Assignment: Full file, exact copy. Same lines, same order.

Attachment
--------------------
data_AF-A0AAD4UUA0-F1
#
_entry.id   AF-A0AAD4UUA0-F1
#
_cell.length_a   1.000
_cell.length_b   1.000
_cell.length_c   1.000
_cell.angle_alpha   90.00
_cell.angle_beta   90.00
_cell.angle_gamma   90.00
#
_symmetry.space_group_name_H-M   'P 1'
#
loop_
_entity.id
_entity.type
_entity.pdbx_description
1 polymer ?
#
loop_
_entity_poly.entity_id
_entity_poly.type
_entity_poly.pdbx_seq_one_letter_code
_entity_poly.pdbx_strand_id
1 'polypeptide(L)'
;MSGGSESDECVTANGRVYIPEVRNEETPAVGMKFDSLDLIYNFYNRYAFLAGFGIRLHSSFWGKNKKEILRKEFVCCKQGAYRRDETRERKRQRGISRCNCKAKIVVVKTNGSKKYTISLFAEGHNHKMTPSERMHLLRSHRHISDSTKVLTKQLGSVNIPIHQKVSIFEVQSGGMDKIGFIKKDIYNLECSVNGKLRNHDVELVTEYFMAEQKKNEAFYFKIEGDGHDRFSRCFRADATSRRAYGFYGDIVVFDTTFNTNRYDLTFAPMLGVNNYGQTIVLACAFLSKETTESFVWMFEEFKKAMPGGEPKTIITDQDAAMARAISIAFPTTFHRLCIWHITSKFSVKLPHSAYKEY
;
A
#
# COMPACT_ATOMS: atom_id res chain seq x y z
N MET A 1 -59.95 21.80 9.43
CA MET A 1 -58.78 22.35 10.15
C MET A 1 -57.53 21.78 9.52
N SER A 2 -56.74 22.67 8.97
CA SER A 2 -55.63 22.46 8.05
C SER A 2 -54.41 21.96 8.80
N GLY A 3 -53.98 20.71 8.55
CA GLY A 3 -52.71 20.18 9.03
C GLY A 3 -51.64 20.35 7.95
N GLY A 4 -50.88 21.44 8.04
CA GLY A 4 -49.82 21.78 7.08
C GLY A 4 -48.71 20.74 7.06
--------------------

data_AF-A0AAD4UUA0-F1
#
_entry.id   AF-A0AAD4UUA0-F1
#
_cell.length_a   1.000
_cell.length_b   1.000
_cell.length_c   1.000
_cell.angle_alpha   90.00
_cell.angle_beta   90.00
_cell.angle_gamma   90.00
#
_symmetry.space_group_name_H-M   'P 1'
#
loop_
_entity.id
_entity.type
_entity.pdbx_description
1 polymer ?
#
loop_
_entity_poly.entity_id
_entity_poly.type
_entity_poly.pdbx_seq_one_letter_code
_entity_poly.pdbx_strand_id
1 'polypeptide(L)'
;MSGGSESDECVTANGRVYIPEVRNEETPAVGMKFDSLDLIYNFYNRYAFLAGFGIRLHSSFWGKNKKEILRKEFVCCKQGAYRRDETRERKRQRGISRCNCKAKIVVVKTNGSKKYTISLFAEGHNHKMTPSERMHLLRSHRHISDSTKVLTKQLGSVNIPIHQKVSIFEVQSGGMDKIGFIKKDIYNLECSVNGKLRNHDVELVTEYFMAEQKKNEAFYFKIEGDGHDRFSRCFRADATSRRAYGFYGDIVVFDTTFNTNRYDLTFAPMLGVNNYGQTIVLACAFLSKETTESFVWMFEEFKKAMPGGEPKTIITDQDAAMARAISIAFPTTFHRLCIWHITSKFSVKLPHSAYKEY
;
A
#
# COMPACT_ATOMS: atom_id res chain seq x y z
N MET A 1 -59.95 21.80 9.43
CA MET A 1 -58.78 22.35 10.15
C MET A 1 -57.53 21.78 9.52
N SER A 2 -56.74 22.67 8.97
CA SER A 2 -55.63 22.46 8.05
C SER A 2 -54.41 21.96 8.80
N GLY A 3 -53.98 20.71 8.55
CA GLY A 3 -52.71 20.18 9.03
C GLY A 3 -51.64 20.35 7.95
N GLY A 4 -50.88 21.44 8.04
CA GLY A 4 -49.82 21.78 7.08
C GLY A 4 -48.71 20.74 7.06